After Donald Trump surprised even the most pessimistic of us by winning the U.S. presidential elections in 2016, the powers-that-be quickly sought to find a scapegoat to blame for their dismal failures. Supposedly, it wasn’t the corporate media’s fault, the DNC’s fault or the current neoliberal power structure’s fault for ramming down an unpopular candidate down our throat who was completely out of touch with reality; it was Russia’s fault.
The anti-Russian narrative has had dire consequences far beyond that than the common person will realize. Russia was able to swing the election in favor of Trump; but in the absence of any hard evidence that this was the case, the medium with which Russia supposedly achieved this victory has brought an attack on some very notable entities.
Facebook, Google, and the alternative media companies that rely on these social media giants to share their content faced renewed scrutiny after Donald Trump’s election victory. However, the truth about this ploy and where we are headed is far more sinister than anything George Orwell could have ever predicted.
In response to claims that “fake news” had an effect on the U.S. elections, Facebook CEO Mark Zuckerberg said in early November 2016 that the idea that fake news circulating on Facebook could have possibly influenced the election was “pretty crazy.” According to Zuckerberg, “fake news” made up a very small amount of total content and that Facebook’s algorithm at the time delivered content to nearly 2 billion monthly users, reflecting what was“meaningful and interesting to them.”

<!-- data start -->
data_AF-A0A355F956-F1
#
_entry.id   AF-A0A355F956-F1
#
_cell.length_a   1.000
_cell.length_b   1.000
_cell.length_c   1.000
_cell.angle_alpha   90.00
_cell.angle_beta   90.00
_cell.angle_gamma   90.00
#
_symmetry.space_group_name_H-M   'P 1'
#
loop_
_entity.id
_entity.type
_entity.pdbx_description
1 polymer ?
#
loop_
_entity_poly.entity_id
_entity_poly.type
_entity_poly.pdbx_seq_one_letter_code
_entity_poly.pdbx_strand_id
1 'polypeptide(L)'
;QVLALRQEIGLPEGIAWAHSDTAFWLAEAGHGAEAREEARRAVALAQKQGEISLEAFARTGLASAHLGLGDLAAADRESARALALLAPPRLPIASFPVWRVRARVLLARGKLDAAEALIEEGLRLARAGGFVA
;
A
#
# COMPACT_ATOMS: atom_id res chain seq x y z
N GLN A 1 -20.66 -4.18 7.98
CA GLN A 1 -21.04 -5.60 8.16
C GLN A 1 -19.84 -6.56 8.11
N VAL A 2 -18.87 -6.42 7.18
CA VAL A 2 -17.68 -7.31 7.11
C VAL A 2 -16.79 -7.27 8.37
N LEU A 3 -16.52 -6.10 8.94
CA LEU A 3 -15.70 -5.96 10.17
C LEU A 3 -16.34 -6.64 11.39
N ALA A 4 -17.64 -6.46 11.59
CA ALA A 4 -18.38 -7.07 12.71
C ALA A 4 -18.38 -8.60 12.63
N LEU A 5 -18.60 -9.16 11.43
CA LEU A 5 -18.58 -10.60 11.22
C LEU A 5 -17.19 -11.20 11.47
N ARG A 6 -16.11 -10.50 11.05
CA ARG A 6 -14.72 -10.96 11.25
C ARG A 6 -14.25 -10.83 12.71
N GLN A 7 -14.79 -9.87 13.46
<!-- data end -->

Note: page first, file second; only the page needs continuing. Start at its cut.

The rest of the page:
“Voters make decisions based on their lived experience,” Zuckerberg said. “We really believe in people. You don’t generally go wrong when you trust that people understand what they care about, and you build systems that reflect that.”
Zuckerberg even defended the likes of hate-speech circulated in the age of Trump, permitting this content because it is all part of “mainstream political discourse.”
“We’ve studied this a lot, and I really care about it,” Zuckerberg also said. “All the research that we have suggests that this isn’t really a problem. We’ve had a really hard time getting that out.”
Zuckerberg also intimated that the company’s biggest responsibility to the country as a democracy is to “give people a voice,” whether they’re voters or candidates.
Barely a week after these pleasing remarks, Barack Obama hit back with an epic attack on Facebook.